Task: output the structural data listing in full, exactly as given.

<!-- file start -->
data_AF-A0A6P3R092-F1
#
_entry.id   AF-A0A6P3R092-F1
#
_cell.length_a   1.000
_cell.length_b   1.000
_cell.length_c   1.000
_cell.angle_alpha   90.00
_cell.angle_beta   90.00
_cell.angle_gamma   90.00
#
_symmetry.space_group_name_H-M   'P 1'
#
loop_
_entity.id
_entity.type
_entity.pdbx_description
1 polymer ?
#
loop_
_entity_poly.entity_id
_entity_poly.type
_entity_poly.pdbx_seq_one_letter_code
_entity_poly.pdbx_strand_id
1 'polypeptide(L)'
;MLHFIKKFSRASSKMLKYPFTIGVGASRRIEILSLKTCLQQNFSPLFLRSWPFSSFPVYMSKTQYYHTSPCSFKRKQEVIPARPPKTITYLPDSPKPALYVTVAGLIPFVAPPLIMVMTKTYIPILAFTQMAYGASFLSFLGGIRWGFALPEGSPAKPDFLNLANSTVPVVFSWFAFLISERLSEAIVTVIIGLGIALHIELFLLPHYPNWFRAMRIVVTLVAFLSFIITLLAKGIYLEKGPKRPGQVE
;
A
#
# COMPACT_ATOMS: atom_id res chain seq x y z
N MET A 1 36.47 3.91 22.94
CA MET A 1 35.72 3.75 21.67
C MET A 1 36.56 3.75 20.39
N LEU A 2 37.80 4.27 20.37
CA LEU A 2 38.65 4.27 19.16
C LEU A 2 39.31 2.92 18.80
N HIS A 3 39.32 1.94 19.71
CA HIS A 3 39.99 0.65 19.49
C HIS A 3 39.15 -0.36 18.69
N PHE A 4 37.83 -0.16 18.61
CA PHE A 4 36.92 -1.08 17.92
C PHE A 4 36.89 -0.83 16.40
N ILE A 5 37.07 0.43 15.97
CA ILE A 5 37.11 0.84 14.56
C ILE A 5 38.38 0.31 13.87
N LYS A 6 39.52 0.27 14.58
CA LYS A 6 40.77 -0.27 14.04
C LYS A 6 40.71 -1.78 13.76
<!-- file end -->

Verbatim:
data_AF-A0A6P3R092-F1
#
_entry.id   AF-A0A6P3R092-F1
#
_cell.length_a   1.000
_cell.length_b   1.000
_cell.length_c   1.000
_cell.angle_alpha   90.00
_cell.angle_beta   90.00
_cell.angle_gamma   90.00
#
_symmetry.space_group_name_H-M   'P 1'
#
loop_
_entity.id
_entity.type
_entity.pdbx_description
1 polymer ?
#
loop_
_entity_poly.entity_id
_entity_poly.type
_entity_poly.pdbx_seq_one_letter_code
_entity_poly.pdbx_strand_id
1 'polypeptide(L)'
;MLHFIKKFSRASSKMLKYPFTIGVGASRRIEILSLKTCLQQNFSPLFLRSWPFSSFPVYMSKTQYYHTSPCSFKRKQEVIPARPPKTITYLPDSPKPALYVTVAGLIPFVAPPLIMVMTKTYIPILAFTQMAYGASFLSFLGGIRWGFALPEGSPAKPDFLNLANSTVPVVFSWFAFLISERLSEAIVTVIIGLGIALHIELFLLPHYPNWFRAMRIVVTLVAFLSFIITLLAKGIYLEKGPKRPGQVE
;
A
#
# COMPACT_ATOMS: atom_id res chain seq x y z
N MET A 1 36.47 3.91 22.94
CA MET A 1 35.72 3.75 21.67
C MET A 1 36.56 3.75 20.39
N LEU A 2 37.80 4.27 20.37
CA LEU A 2 38.65 4.27 19.16
C LEU A 2 39.31 2.92 18.80
N HIS A 3 39.32 1.94 19.71
CA HIS A 3 39.99 0.65 19.49
C HIS A 3 39.15 -0.36 18.69
N PHE A 4 37.83 -0.16 18.61
CA PHE A 4 36.92 -1.08 17.92
C PHE A 4 36.89 -0.83 16.40
N ILE A 5 37.07 0.43 15.97
CA ILE A 5 37.11 0.84 14.56
C ILE A 5 38.38 0.31 13.87
N LYS A 6 39.52 0.27 14.58
CA LYS A 6 40.77 -0.27 14.04
C LYS A 6 40.71 -1.78 13.76